Jump to content


  • Content Count

  • Joined

  • Last visited


About steelwulf99

  • Rank

Contact Methods

  • AIM
  • MSN
  • Website URL
  • ICQ
  • Yahoo
  • Skype

Profile Information

  • Location
    Auckland, Auckland, New Zealand
  1. tallmike101 said: Well, we've definitely been playing the game wrong. I assumed it worked like Magic the gathering and every other card game I've ever played. I actually played her as the runner yesterday and I won, go figure.. although I also was using the draw a card each turn rule. Maybe I'll try to play her again as the corp with her NOT drawing. Thanks for the update, that may have been the problem afterall! Let us know how you go - I hope it works out for you like it did for my group
  2. tallmike101 said: Having only 3 clicks does not make things any easier either! This triggered something for me… my group felt the same way when we started until we realised we were making a huge mistake. The mistake was assuming the Runner got a free draw at the start of their turn. They do not. Runners are 4 actions per turn, any of which could be to draw a card. The Corp is 3 actions per turn, any of which could be to draw a card, and a compulsary draw. Once we figured that out the game got way better, and the Corp became lots of fun to play. The other tip is to recognise that ICE is just there to stall the Runner, the game itself is about bluffing; ideally you want the Runner to waste resources running when they have nothing to burn. If you just build one remote data fort and pad it with ICE you are just letting the Runner commit to a specific ingress route to deny you VP, and capture their own.
  3. Matias said: It's not so much a question of trying to avoid deck-building because it's hard. I have been playing CCG's for nearly 20 years, and are quite used to building decks. The things I'm trying to avoid are: 1. The decks being MY decks. I don't mind playing with a deck I designed myself. But my opponents (my wife and friends) are not going to play with decks they build themselves. I want to give them a chance to play with (or against) THE Shaper deck instead of MY Shaper deck. Having build both decks myself gives me an unfair advantage. 2. I don't want to use out-of-faction cards. Mostly due to concerns about theme, but also because I don't want to use the other decks for spare parts. I like having 7 fully functional decks. 3. The starter decks seems somewhat balanced against one another. I don't want to ruin that by rebuilding the decks. I get where you're coming from, particularly with point #1. As the only LCG/CCG player in my local player pool, I've had to struggle with this. Here's how I overcome it. 1. Expand your card pool so you can experiment. The 7 starter decks are satisfying you and your play group? Perfect - keep them as they are, and get a second core set. That, along with some expansions, will set you up to experiment. 2. To experiment with the expansions, take a starter deck from your second set, and remove a set of cards from it. That could be 1 card (Wyldside, perhaps), or 3 cards (Hedge Funds) - whatever. Replace those cards with an equal number of cards from the expansion. i.e. if the card you took out had two copies, you remove them both and you put back two copies from the expansion. 3. Be sure to stay like-for-like with regards to Faction. If you remove neutral, replace with neutral. If you remove Jinteki, replace with Jinteki etc. I reckon that'll meet your gamer needs for new toys, will give your players the opportunity to see new cards, and won't throw the game balance out of whack, nor will it kill the themes. It'll let you tweak, but it's nowhere near the realms of full-blown deck construction.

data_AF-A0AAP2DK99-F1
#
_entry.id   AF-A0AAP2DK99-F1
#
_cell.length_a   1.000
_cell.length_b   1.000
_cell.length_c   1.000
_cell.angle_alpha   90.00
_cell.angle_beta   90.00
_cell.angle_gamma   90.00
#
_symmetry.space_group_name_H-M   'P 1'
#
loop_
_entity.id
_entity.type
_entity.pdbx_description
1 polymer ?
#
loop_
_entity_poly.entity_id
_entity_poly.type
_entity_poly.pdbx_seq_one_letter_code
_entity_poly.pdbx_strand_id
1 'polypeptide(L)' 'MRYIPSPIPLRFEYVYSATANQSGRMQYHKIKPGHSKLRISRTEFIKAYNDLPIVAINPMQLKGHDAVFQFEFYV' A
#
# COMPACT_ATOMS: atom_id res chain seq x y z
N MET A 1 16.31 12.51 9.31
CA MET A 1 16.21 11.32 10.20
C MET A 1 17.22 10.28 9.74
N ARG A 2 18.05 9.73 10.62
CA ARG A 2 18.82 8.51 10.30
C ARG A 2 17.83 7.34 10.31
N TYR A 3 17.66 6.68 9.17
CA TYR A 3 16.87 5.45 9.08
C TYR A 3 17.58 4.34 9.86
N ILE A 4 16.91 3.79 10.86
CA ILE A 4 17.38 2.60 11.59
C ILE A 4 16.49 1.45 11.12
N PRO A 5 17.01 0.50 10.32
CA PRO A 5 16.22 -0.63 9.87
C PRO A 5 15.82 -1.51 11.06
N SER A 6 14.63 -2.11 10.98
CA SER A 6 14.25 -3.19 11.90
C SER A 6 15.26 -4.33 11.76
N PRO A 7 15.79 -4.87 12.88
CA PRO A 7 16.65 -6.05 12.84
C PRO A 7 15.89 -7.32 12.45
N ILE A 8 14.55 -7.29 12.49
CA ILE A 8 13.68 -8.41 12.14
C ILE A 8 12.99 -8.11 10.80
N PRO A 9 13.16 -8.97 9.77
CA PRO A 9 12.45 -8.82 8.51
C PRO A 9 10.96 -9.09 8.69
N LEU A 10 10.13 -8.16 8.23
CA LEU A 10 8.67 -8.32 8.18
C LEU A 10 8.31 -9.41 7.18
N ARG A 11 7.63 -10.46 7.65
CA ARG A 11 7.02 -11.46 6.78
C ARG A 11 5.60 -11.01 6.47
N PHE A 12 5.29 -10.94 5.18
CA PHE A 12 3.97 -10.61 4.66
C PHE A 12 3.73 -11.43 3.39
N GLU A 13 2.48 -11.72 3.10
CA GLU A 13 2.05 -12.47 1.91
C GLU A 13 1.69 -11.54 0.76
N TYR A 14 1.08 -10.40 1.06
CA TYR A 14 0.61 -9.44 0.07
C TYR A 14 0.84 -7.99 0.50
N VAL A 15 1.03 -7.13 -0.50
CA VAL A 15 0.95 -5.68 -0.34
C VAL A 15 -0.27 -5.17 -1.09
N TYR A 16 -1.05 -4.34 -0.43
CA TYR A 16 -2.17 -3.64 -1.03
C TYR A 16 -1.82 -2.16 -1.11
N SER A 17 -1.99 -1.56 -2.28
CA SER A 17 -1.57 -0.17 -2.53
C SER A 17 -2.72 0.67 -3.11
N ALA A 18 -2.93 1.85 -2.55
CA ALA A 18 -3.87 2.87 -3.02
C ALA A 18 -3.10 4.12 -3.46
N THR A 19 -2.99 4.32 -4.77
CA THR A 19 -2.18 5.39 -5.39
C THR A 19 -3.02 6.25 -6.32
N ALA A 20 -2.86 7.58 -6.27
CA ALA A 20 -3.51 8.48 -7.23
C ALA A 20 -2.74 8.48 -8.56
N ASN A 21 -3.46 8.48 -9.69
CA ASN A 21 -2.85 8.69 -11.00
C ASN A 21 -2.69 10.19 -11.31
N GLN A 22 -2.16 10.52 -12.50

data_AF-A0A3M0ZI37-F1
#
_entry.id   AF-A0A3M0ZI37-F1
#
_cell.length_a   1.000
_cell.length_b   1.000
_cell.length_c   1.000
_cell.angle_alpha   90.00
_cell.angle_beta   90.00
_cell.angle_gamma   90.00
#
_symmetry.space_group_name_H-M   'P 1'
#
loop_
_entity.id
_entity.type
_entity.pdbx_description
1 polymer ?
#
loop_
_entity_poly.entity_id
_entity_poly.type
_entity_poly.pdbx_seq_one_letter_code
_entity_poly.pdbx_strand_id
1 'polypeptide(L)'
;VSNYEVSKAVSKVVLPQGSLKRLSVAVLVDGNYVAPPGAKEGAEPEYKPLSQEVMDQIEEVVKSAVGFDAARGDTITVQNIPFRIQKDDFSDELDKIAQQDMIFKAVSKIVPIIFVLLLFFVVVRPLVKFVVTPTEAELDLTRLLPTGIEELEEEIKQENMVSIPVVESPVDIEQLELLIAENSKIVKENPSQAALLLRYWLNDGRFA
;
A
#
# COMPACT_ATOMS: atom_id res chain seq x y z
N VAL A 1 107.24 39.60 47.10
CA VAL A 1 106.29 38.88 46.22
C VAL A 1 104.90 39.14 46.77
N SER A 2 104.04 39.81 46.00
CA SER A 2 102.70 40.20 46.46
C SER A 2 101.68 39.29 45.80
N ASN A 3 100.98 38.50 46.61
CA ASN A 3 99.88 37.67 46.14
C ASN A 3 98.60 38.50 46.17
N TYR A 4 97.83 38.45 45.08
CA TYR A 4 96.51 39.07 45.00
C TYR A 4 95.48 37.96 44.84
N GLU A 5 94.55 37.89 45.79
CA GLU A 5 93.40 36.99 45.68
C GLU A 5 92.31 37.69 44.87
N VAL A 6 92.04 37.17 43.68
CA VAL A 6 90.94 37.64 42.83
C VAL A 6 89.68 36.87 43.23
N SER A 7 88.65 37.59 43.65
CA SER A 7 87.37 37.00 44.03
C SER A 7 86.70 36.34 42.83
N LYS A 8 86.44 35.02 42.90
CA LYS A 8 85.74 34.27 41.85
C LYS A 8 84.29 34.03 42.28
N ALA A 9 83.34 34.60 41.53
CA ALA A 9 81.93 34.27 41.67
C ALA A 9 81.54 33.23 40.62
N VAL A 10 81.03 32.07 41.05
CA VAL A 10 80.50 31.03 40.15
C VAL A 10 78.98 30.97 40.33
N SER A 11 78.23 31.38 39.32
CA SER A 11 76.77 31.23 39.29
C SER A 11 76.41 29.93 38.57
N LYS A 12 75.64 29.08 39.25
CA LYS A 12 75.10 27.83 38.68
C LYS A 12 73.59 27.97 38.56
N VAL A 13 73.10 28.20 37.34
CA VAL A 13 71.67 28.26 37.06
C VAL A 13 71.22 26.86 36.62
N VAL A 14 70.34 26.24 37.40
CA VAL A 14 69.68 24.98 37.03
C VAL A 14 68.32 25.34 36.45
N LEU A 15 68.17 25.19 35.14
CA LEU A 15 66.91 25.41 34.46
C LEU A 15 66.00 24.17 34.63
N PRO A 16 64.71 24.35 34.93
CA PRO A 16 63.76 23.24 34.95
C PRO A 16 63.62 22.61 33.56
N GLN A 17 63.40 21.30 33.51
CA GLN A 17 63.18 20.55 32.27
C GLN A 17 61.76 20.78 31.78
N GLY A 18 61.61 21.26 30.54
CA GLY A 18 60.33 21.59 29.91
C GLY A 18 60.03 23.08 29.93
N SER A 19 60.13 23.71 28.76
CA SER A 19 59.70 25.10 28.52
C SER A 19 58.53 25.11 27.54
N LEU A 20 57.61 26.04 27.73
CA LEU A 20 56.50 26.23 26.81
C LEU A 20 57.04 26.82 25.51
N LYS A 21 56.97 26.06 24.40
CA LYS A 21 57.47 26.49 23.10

4. BigBadBroloski said: The data pack came out… there is a full spoiler out there. This has been bugging me, so I just want to reply to get it out of my system. You say that more card spoilers would be a good thing. OK, that's fine, that's an opinion, as are the counter-arguments offered. In reality they are all expressions of individual viewpoints - the only facts available are: - Not all cards get spoiled before release - The company controlling the spoiler release has an established methodology which works for them, and which they adhere to There are no factual conclusions I can see which can be drawn from those premises (although some are more "right" than others; saying FF would be unlikely to change an established model which works for them is a pretty safe one, for example). Anyway, moving along. Once a data pack has been released, it has no spoilers. Everything is out in the wild, and able to be seen. So it has no bearing on if we should more, less, or the same spoilers in each data pack. TLDNR; rhetological fallacy - *** hoc ergo propter hoc
  • Create New...